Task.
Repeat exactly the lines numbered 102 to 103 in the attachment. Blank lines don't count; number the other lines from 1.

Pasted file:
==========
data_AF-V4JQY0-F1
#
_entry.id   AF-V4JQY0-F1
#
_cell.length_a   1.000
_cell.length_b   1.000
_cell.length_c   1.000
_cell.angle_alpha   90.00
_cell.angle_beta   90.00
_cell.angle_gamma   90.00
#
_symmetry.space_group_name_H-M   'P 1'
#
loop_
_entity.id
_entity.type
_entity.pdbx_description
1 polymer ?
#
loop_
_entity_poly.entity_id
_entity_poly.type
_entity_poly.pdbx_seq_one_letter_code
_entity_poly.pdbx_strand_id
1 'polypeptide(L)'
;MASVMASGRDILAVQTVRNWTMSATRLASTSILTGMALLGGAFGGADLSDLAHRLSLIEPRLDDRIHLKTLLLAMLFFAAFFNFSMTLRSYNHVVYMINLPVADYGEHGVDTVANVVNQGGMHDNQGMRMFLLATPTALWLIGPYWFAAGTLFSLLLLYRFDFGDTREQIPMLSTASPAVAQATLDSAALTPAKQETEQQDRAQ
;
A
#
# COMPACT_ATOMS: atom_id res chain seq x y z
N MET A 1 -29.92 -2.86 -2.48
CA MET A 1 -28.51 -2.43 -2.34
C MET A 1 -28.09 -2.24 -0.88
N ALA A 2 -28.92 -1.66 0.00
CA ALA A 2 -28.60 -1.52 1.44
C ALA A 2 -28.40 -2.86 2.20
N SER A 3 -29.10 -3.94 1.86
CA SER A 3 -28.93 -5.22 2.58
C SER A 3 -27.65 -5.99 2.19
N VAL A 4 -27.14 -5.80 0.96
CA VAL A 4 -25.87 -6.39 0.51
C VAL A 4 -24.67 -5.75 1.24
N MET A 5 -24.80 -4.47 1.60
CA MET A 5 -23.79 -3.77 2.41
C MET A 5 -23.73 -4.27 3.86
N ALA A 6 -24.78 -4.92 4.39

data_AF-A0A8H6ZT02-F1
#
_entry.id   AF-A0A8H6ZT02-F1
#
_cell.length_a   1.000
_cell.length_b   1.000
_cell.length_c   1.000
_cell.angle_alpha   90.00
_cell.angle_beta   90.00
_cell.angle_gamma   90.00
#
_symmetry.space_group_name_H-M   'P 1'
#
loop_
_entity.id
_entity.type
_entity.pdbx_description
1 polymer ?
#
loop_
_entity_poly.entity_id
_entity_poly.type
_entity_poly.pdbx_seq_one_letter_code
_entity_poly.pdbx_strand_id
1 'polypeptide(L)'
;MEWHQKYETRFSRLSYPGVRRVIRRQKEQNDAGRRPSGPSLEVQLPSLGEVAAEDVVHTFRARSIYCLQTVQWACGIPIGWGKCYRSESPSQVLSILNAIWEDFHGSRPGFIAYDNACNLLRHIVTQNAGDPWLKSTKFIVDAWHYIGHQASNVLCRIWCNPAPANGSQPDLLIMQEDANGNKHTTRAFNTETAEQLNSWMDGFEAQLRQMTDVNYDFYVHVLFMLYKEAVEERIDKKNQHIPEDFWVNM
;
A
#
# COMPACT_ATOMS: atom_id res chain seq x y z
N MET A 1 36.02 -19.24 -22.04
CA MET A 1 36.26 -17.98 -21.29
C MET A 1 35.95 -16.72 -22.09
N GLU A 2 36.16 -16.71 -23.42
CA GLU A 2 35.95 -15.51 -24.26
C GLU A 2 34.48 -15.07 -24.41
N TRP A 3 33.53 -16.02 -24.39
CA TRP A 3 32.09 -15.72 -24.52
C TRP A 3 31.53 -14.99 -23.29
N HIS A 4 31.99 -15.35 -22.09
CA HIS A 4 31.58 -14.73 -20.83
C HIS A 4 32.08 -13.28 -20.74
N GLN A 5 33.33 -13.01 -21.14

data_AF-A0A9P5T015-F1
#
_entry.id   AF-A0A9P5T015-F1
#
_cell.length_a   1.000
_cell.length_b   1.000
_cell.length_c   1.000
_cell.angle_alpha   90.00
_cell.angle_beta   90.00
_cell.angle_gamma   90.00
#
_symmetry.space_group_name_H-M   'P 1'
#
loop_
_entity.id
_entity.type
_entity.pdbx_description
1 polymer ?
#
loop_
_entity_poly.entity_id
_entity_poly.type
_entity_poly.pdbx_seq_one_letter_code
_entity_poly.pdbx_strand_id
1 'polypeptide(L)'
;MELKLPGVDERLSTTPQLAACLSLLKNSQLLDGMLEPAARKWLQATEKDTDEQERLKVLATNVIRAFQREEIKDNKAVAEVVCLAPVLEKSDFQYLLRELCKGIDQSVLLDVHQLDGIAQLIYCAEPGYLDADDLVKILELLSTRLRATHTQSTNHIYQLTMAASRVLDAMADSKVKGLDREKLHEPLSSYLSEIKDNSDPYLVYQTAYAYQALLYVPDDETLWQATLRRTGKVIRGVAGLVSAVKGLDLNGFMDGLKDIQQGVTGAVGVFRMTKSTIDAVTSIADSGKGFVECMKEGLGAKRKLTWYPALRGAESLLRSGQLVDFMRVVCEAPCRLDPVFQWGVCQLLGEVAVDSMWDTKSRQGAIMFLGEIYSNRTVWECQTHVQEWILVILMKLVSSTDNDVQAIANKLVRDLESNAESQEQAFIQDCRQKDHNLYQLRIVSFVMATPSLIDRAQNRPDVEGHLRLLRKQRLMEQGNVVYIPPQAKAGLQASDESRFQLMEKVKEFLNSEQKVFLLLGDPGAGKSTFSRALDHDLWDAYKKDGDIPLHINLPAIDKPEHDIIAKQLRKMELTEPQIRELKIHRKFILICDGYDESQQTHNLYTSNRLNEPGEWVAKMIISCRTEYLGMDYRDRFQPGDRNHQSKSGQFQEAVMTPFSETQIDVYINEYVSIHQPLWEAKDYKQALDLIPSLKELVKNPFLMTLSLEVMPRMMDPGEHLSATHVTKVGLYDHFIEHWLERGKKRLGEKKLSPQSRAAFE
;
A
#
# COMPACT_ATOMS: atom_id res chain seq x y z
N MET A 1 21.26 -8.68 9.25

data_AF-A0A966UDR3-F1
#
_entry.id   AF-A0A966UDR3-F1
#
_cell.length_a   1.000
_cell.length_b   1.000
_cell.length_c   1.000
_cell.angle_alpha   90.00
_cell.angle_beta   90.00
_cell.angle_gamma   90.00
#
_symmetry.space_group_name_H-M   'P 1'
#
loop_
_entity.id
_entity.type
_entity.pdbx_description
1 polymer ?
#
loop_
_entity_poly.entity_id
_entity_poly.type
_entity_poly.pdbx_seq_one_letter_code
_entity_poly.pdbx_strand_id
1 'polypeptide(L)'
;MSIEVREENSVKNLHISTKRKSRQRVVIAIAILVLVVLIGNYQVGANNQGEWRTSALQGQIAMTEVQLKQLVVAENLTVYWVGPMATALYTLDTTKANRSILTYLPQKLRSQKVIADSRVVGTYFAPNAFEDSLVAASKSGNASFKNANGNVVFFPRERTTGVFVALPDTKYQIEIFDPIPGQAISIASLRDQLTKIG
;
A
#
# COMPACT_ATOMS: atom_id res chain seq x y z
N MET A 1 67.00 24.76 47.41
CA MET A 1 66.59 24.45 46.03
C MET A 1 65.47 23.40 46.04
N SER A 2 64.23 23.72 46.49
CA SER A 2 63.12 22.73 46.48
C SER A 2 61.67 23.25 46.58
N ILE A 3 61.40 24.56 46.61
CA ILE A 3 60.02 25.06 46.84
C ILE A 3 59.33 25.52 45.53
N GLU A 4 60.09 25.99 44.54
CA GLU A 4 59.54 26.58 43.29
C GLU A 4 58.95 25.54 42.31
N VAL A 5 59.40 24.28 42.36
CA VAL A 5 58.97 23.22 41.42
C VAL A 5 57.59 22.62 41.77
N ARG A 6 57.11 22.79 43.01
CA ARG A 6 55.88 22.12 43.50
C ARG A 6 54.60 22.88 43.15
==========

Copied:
#
loop_